Skip directly to local search Skip directly to A to Z list Skip directly to navigation Skip directly to site content Skip directly to page options
CDC Home

Publications and Information Products

Contact Us:
  • National Center for Health Statistics
    3311 Toledo Rd
    Room 5419
    Hyattsville, MD 20782
  • 1 (800) 232-4636
  • Contact CDC–INFO

NCHS Health E-Stat

Trends in circumcisions among newborns

 

Data from the National Hospital Discharge Survey show changes in racial and regional patterns of infant circumcisions. These findings compliment the accumulating and extensive body of knowledge pertaining to the medical benefits and risks of circumcision.

In 1999, 65.3 percent of all male newborns born in hospitals were circumcised. While the overall percentages of circumcised infants have remained relatively unchanged throughout the past two decades, ranging from a low of 60.7 percent in 1988 to 67.8 percent in 1995, different patterns emerge when these estimates are further examined by race and geographic region.

For most of the past 20 years, proportionately more white newborns received circumcisions than did black infants. Between 1980 and 1990, white infants, on average, were 13 percent more likely than black infants to be circumcised. By 1995, this percentage difference declined to about 7 percent- 68.6 percent of white infants compared to 63.9 percent of black infants. Now, circumcision rates for black and white infants are about the same. In 1999, the latest year these data are available, 65.5 percent of white newborns and 64.4 percent of black newborns were circumcised.

Newborn circumcision rates, however, have continued to vary greatly by geographic region. Over the past 20 years, proportionately more babies in the Midwest received circumcisions than did newborns in any other region- 76 percent of infants born in 1980 and 81 percent of those born during 1999. In the South, circumcisions also increased, from about 56 percent in 1980 to 64 percent in 1999. However, the most notable change occurred in the West where newborn circumcisions dropped from 62 percent in 1980 to 37 percent in 1999. This latest available figure for the West represents over a two-fold difference (2.2) when compared with circumcision estimates for the Midwest. This dramatic decline, in part, reflects the increased birth rate among Hispanics who have been shown in several other studies to be less likely to receive circumcisions than other white and black infants. In the Northeast, the circumcision rates in 1980 compared to 1999 were about the same - 67 percent and 66 percent, respectively.

Neonatal circumcision continues to be a controversial subject. The American Academy of Pediatrics has revised its earlier policy, stating that newborn circumcision has potential benefits as well as risks and emphasizing the need to explain these issues to parents considering the procedure so that an informed decision can be made.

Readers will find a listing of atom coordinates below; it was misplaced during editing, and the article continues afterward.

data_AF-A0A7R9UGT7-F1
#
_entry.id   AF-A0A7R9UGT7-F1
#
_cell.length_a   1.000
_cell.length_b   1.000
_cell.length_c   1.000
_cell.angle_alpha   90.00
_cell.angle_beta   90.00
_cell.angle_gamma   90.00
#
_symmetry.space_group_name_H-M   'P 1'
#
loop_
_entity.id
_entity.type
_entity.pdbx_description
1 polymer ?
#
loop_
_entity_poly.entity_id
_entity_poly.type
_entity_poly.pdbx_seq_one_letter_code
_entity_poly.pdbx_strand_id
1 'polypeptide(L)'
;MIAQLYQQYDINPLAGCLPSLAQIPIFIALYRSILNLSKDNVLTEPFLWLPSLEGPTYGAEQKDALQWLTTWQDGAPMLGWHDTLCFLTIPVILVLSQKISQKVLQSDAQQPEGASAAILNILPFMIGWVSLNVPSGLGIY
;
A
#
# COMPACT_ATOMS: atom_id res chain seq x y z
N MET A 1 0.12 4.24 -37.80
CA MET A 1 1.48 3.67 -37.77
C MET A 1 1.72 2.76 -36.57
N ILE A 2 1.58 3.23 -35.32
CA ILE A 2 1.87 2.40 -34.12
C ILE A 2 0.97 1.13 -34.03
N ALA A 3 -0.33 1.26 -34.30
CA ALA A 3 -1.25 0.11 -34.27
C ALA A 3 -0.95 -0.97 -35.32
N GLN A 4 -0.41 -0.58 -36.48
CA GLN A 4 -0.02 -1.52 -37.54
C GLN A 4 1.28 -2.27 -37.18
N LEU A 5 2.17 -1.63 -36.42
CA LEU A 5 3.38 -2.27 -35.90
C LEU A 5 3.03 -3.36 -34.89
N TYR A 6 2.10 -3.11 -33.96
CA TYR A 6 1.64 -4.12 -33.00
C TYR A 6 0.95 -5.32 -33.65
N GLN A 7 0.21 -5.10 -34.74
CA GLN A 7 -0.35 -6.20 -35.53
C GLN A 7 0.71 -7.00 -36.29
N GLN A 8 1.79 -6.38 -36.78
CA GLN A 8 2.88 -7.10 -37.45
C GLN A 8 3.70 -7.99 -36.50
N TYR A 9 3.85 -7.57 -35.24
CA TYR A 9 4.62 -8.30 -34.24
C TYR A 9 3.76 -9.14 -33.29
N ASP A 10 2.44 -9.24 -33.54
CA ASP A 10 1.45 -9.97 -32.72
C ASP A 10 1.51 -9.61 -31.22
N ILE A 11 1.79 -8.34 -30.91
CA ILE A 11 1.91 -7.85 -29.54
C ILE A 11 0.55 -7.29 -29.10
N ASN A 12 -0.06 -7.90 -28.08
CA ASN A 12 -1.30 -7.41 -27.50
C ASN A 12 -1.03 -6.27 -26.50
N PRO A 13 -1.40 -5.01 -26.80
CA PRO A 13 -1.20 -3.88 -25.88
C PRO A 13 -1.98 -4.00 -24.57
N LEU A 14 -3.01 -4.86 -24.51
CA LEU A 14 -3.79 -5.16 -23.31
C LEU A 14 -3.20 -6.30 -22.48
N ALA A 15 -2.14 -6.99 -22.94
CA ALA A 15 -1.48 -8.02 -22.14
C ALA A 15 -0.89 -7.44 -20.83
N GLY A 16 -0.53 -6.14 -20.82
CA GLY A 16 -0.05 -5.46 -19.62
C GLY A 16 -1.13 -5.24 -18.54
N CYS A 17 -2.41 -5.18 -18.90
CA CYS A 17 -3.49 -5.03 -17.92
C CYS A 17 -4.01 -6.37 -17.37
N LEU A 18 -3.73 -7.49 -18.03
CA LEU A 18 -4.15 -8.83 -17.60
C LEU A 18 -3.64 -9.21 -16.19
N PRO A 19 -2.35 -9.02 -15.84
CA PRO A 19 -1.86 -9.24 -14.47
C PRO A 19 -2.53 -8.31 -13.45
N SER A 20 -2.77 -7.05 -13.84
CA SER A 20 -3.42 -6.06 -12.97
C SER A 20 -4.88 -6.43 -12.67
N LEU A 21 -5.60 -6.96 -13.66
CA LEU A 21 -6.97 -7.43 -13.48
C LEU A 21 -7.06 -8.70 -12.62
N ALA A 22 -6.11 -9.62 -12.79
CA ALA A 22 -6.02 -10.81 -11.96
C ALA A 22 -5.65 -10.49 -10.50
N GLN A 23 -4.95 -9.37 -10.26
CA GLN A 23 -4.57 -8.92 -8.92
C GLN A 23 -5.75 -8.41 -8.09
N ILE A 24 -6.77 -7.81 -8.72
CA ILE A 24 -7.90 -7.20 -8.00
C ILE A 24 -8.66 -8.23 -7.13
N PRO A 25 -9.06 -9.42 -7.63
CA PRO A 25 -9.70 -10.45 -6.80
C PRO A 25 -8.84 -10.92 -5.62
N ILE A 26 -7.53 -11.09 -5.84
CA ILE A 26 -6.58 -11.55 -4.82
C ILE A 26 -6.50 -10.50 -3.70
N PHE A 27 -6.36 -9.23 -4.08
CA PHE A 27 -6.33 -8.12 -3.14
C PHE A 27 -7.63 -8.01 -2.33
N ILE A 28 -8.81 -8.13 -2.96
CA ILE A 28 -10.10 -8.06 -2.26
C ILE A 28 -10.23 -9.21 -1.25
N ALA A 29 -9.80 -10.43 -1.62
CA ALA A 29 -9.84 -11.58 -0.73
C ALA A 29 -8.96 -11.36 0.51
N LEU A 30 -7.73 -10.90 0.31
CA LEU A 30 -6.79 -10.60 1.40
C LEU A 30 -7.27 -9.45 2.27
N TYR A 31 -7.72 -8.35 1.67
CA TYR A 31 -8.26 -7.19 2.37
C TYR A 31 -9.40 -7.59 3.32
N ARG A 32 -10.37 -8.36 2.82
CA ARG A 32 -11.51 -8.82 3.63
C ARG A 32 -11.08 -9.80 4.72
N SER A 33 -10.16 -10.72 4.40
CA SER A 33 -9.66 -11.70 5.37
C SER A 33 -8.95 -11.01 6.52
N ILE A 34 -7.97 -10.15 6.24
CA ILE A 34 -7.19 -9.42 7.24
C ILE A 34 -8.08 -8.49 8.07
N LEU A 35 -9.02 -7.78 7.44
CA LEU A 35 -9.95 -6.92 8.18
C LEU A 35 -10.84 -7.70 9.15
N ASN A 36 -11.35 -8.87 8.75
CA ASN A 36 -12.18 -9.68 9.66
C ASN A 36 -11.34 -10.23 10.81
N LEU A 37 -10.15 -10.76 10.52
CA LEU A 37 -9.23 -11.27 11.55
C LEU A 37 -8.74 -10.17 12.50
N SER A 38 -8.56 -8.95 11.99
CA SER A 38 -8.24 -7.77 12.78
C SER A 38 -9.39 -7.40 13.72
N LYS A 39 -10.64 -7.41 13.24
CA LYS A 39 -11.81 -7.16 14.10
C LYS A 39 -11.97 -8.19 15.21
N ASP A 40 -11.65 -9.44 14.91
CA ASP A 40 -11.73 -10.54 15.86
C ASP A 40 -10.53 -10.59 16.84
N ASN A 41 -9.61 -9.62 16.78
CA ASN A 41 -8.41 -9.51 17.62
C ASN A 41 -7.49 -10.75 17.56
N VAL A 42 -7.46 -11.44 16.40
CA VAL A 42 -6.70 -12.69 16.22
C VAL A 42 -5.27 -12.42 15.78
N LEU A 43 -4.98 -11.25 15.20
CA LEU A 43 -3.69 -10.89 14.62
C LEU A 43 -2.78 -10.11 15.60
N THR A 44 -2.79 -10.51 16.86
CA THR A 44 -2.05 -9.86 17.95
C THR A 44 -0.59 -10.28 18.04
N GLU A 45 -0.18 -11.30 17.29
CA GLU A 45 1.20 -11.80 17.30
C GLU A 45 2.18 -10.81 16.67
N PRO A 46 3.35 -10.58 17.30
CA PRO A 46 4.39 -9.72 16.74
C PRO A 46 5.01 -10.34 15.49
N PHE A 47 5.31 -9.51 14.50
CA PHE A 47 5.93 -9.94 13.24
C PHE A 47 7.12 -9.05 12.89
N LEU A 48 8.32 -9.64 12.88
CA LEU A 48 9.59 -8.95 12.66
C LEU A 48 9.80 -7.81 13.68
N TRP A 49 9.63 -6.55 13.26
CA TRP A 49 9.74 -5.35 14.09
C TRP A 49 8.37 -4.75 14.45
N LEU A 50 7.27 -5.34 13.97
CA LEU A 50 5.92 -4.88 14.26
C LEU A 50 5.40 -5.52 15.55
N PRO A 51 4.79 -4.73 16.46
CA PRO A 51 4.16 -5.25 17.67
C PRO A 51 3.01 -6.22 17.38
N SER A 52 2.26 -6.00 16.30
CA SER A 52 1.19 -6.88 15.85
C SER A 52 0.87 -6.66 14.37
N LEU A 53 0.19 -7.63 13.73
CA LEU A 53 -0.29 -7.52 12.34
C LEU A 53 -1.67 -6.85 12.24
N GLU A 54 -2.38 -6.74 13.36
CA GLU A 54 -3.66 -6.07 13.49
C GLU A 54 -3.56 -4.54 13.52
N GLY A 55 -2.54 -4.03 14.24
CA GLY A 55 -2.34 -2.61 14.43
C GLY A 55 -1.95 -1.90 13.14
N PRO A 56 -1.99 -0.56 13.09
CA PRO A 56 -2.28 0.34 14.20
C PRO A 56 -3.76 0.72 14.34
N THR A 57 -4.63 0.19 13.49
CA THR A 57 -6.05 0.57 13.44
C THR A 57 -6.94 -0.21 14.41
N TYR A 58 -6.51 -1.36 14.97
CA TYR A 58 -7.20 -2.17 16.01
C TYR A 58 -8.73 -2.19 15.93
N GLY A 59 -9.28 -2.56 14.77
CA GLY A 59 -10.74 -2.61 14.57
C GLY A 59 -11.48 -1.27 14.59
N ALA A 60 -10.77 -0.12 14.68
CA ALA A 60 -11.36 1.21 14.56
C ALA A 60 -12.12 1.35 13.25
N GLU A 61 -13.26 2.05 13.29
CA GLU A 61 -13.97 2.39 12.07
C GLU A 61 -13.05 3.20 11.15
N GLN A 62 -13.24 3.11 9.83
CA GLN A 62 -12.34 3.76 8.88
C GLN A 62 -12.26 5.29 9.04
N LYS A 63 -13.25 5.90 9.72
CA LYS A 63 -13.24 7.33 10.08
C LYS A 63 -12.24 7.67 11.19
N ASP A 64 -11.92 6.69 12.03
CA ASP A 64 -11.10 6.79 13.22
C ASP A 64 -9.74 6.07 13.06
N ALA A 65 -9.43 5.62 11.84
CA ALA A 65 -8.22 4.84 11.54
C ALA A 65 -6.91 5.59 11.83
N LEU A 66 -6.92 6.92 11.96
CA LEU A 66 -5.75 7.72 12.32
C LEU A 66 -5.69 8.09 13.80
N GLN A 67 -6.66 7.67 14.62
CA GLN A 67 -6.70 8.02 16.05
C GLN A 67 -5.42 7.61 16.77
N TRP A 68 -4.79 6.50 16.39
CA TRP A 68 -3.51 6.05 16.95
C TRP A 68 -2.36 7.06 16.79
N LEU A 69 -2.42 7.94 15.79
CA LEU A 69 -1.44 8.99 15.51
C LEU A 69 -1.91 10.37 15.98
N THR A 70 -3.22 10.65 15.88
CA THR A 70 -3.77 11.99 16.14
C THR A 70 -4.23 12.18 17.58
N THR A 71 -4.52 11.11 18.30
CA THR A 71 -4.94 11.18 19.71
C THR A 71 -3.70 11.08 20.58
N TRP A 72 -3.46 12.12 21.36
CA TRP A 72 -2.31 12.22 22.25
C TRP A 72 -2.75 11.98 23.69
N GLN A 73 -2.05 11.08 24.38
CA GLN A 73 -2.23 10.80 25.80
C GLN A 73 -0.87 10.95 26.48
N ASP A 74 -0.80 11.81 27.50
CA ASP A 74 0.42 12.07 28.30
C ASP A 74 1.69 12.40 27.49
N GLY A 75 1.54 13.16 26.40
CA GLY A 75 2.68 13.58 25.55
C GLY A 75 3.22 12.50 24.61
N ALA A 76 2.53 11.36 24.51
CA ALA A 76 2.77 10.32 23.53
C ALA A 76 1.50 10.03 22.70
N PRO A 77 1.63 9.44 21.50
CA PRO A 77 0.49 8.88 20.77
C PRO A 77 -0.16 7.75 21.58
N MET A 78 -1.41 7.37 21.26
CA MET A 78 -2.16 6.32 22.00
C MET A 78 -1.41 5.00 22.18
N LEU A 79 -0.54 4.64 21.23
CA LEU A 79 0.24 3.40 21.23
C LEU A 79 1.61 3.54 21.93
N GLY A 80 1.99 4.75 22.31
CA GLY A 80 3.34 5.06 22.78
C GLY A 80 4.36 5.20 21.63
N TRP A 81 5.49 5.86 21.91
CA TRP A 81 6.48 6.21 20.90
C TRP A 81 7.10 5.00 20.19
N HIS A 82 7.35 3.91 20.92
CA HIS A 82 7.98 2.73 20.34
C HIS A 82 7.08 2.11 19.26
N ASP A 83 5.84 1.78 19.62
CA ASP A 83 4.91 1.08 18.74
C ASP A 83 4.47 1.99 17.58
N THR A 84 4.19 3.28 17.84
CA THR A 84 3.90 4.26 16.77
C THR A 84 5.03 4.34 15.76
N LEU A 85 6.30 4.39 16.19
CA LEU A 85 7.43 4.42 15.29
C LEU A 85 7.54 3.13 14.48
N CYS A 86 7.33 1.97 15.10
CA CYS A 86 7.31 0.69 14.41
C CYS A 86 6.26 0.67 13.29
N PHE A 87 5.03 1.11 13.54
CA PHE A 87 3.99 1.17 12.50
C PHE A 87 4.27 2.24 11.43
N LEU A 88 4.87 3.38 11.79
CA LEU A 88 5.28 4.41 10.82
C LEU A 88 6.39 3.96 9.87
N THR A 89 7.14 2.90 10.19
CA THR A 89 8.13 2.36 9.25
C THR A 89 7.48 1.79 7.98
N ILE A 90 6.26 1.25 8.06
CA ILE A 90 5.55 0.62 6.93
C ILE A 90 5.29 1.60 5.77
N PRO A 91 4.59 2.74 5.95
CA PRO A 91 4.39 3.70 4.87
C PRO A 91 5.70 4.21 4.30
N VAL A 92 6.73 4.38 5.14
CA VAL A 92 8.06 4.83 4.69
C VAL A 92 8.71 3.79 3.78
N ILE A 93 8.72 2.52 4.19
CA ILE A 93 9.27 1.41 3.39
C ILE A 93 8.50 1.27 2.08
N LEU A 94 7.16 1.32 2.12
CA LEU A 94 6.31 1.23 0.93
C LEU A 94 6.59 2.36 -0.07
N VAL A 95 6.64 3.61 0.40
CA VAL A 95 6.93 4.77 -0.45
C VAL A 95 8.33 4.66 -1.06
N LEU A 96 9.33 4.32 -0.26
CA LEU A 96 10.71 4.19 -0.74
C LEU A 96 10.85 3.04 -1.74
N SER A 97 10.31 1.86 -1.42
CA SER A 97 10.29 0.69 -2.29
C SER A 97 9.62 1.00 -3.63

The National Hospital Discharge Survey, a survey of patients discharged from a sample of the nation’s non-Federal short-stay hospitals, has been conducted annually by NCHS since 1965 to profile patterns and monitor change in hospital care in the United States. Additional data from the survey are presented in NCHS publications and available in public use electronic data sets.

 

Figure 1. Percent of newborn males with circumcisions performed in short stay hospitals by race. See table below for detailed data

 

Table 1. Percent of newborn males with circumcision performed in short-stay hospitals by race

 

Year All races White Black
1979 64.3 65.8 57.9
1981 66.0 67.1 60.7
1983 64.6 65.9 58.3
1985 62.1 63.5 55.4
1987 61.7 63.2 55.4
1989 62.8 64.2 56.5
1991 65.6 67.0 59.0
1993 63.5 65.0 56.6
1995 67.8 68.6 63.9
1997 66.1 65.8 67.3
1999 65.3 65.5 64.4

SOURCE: CDC/NCHS, National Hospital Discharge Survey, 1979-99.

 

Figure 2. Percent of newborn males with circumcisions performed in short-stay hospitals by region. See table below for detailed data.

 

Table 2. Percent of newborn males with circumcision performed in short-stay hospitals by region

 

Year Northeast Midwest South West
1979 66.2 74.3 55.8 63.9
1981 66.5 77.5 58.4 57.2
1983 69.2 74.9 58.1 52.7
1985 65.2 70.5 56.0 49.0
1987 68.6 73.1 54.7 42.4
1989 63.2 74.0 57.9 41.0
1991 62.4 78.2 63.6 40.4
1993 65.2 75.6 61.4 35.5
1995 68.3 79.8 66.1 42.6
1997 68.3 81.6 64.5 38.0
1999 65.4 81.4 64.1 36.7

SOURCE: CDC/NCHS, National Hospital Discharge Survey, 1979-99.

 

 
USA.gov: The U.S. Government's Official Web PortalDepartment of Health and Human Services
Centers for Disease Control and Prevention   1600 Clifton Road Atlanta, GA 30329-4027, USA
800-CDC-INFO (800-232-4636) TTY: (888) 232-6348 - Contact CDC–INFO
A-Z Index
  1. A
  2. B
  3. C
  4. D
  5. E
  6. F
  7. G
  8. H
  9. I
  10. J
  11. K
  12. L
  13. M
  14. N
  15. O
  16. P
  17. Q
  18. R
  19. S
  20. T
  21. U
  22. V
  23. W
  24. X
  25. Y
  26. Z
  27. #